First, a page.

• Make sure they are thoroughly brushed before bathing and that long haired Chis are free of tangles and mats (which will get worse if not removed).
  • You can put a piece of cotton in the large ears to keep water from getting in them.
  • Make sure the sensitive eyes don't come into contact with too much soap.
  • Rinse well, then rinse again. Leaving soap behind is the easiest way to irritate your dog's skin.

Chihuahua Styling & Haircuts

The Chihuahua is an easy dog to maintain- whether short or long haired. In fact, a haircut for a short haired Chihuahua is unheard of; regular brushing will keep their coat tidy. We will say that Chi owners are more- uhm- "enthusiastic" sometimes about hairstlyes and it's not uncommon to see one with pretty nail polish or even a completely pink Chihuahua. We don't offer tips on how to dye your pet's fur and recommend visiting a professional groomer if you choose to do so to avoid damaging the fur and skin.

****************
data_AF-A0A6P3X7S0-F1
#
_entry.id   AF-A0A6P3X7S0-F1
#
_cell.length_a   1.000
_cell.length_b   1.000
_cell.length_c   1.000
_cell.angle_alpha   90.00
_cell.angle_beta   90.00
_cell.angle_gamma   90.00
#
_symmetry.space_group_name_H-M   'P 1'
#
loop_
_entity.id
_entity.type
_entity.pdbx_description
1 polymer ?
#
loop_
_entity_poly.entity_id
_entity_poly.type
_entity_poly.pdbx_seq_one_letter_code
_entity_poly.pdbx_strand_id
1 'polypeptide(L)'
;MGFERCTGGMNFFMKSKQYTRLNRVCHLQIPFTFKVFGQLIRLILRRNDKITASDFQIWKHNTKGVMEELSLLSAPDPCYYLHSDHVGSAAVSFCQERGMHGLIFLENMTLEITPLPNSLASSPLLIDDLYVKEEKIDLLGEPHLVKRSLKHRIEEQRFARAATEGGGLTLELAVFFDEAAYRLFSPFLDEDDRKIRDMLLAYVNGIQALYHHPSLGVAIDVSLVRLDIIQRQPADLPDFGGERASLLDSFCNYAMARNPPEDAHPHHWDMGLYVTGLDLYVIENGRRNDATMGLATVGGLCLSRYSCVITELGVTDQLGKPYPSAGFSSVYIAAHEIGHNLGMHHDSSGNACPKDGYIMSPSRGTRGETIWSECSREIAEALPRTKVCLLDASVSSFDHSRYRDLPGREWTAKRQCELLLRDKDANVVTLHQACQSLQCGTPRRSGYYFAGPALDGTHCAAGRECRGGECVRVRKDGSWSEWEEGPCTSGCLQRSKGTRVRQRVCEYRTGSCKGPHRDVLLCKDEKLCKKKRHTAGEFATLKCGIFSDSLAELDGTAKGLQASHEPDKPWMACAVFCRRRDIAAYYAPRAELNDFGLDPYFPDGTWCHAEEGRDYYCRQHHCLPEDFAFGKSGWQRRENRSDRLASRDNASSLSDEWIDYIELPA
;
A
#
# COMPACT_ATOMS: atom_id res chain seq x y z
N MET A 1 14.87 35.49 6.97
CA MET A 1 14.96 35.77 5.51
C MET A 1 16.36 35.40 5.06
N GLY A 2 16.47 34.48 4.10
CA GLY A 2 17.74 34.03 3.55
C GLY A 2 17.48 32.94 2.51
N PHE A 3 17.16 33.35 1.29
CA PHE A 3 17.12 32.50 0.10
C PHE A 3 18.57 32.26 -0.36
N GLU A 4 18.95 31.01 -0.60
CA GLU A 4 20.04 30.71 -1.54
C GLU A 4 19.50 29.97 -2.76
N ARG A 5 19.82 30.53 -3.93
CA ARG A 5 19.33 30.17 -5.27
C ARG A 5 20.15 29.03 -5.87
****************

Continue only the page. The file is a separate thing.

Long haired Chihuahua haircuts and grooming styles are still not as intricate as you might expect. Most owners (especially ones that choose to show their dogs) leave the long coat intact while others opt for a completely shaved long hair Chihuahua; for this style just get yourself a pair of canine clippers, some hair trimming scissors, and a comb. If you want something in between these two extremes and are wondering how to cut it yourself, simply trim around the ears and under the belly and tail with a pair of trimming scissors.

Paw Care

Since these are usually indoor pets, Chihuahua nails don't get as worn down naturally as many breeds by outdoor activities. You should check her nails once a month, however, if they appear very long or you hear them clicking on surfaces when shes walking--time for a trim! We will give you the basics on how to cut your Chihuahua's nails but some owner's may choose to have a groomer take care of this task. Remember, the earlier you start nail maintenance, the easier it will be to do it yourself since your pet will get used to it as a puppy.